Local government law resources
The Alameda County Law Library has legal information resources for state, federal, and also, local law.
One of the best resources for researching issues involving California municipal law is the CEB title – The California Municipal Law Handbook available through OnLAW on our public computers. The paper version is on the shelf at KFC 752 .A49. We await the new 2019 edition to be published at the end of July.
Topics in this title include:
- Nature of municipal corporations
- Open government and ethics
- Finance and economic development
- Municipal services and utilities
- Public contracting
- Public property
- Regulating businesses and personal conduct
- Land use
- Protecting the environment
- Code enforcement
For information on litigation against a city or other public entity, we have CEB’s Government Tort Liability Practice (KFC 332 .V3 and OnLAW) which has a good discussion for the popular topic of general immunities of public entities and employees in Chapter 10. Chapter 11 covers liabilities and immunities in specific functional areas including police, fire, and administrative activities.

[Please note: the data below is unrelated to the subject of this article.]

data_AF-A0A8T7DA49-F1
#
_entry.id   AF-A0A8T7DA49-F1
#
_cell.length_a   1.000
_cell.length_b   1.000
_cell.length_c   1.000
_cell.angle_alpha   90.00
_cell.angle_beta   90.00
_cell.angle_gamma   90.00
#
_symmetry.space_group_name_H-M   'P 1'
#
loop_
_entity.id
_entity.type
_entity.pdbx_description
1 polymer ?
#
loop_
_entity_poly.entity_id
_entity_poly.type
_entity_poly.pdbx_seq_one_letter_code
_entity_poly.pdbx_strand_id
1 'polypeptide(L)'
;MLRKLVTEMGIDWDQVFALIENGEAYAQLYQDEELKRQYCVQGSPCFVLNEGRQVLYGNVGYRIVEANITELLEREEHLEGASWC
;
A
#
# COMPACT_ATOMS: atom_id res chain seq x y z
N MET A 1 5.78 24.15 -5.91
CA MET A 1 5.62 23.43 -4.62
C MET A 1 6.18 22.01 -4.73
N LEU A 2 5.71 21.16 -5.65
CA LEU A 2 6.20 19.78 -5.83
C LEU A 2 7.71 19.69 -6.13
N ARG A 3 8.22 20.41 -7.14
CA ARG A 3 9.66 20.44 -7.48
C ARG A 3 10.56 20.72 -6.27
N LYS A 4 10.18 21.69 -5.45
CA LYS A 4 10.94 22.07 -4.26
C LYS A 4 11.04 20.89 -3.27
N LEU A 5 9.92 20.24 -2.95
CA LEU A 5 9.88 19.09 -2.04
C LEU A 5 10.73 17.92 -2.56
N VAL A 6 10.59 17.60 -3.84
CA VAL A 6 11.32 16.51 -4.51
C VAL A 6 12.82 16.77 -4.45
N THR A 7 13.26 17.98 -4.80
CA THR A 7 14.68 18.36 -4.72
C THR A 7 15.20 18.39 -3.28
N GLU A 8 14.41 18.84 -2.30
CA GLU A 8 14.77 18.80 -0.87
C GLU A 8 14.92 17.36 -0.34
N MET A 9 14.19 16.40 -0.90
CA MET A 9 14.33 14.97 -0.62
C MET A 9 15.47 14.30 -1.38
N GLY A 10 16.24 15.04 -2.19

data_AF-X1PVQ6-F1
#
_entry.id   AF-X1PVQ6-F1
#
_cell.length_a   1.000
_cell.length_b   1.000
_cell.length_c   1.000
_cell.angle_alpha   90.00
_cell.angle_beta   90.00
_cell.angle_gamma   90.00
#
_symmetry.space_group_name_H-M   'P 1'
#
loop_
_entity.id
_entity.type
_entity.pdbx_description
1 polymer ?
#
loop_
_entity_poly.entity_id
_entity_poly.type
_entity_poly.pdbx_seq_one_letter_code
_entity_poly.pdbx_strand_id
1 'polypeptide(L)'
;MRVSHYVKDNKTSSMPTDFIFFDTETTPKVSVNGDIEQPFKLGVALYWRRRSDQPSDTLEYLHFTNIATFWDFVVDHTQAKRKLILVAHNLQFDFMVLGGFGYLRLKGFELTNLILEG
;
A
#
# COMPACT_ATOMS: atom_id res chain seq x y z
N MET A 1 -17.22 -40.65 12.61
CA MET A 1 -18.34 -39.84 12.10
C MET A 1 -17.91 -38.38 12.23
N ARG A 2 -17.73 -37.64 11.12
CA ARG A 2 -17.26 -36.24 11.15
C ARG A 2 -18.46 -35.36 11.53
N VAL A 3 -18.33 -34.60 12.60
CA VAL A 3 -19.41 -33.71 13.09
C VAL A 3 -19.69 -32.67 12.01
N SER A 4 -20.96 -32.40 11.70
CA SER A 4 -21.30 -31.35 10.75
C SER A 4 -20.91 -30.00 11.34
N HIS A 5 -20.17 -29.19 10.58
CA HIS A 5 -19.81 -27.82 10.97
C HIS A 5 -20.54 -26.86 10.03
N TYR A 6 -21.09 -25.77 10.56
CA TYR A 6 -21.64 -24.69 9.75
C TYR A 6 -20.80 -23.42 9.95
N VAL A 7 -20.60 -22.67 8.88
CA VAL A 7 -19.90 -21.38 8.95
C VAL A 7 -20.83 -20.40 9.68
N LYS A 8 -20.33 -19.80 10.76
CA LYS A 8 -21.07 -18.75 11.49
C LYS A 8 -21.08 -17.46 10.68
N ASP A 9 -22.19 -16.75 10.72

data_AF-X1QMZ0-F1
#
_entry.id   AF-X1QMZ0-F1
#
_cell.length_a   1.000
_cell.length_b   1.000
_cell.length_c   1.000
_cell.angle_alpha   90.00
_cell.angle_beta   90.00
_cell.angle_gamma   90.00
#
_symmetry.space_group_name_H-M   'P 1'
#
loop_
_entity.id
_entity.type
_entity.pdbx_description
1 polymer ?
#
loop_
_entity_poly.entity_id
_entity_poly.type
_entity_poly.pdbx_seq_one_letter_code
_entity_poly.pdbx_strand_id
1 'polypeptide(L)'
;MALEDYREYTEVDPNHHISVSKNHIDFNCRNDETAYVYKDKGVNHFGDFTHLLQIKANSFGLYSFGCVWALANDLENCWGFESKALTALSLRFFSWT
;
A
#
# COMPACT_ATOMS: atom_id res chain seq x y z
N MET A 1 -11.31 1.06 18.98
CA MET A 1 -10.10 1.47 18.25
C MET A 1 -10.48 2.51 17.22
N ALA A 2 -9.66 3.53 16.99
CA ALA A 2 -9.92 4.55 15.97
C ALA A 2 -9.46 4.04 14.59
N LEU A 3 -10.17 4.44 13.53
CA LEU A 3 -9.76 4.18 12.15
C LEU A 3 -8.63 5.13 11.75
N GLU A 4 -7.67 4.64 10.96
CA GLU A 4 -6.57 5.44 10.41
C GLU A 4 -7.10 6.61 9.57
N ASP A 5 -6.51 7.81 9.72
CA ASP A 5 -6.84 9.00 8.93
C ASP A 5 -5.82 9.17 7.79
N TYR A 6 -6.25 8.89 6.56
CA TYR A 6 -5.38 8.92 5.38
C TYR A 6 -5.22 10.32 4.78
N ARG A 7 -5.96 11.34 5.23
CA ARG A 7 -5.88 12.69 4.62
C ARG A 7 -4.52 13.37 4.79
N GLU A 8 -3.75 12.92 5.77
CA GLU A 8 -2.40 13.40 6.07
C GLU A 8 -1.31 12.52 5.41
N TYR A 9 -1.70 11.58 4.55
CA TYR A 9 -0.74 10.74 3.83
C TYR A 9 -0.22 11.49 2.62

Lexis offers California Public Sector Labor Relations (KFC562 .P8 C32 and Lexis) and California Public Sector Employment Law (Lexis) for those researchers interested in studying the law involving government employees.
ACLL has a few paper resources for codes and charters of local government – Oakland, Alameda County, Berkeley, and Hayward. Most governments are keeping their codes current using internet sites.
There are a number of internet publishers that specialize in municipal codes.
Municode’s Code Library provides text for the Alameda, Alameda County, Hayward, Newark and Oakland codes online.
Code Publishing Co. hosts Dublin, Emeryville, Livermore, Berkeley,
Qcode.us has Pleasanton, San Leandro, Union City
Albany is at clerkshq.com
Doing their own thing are Fremont and Piedmont
ACLL does have selected legislative history resources for local government. As local governments moved to digital resources and away from paper, historical texts were not always made readily available for the collection. On the plus side, many government websites now retain electronic documents related to the legislative process as digital files on their city’s databases.
Be sure to ask the ACLL law librarians for assistance when researching local government legislative history. We may be able to offer useful suggestions.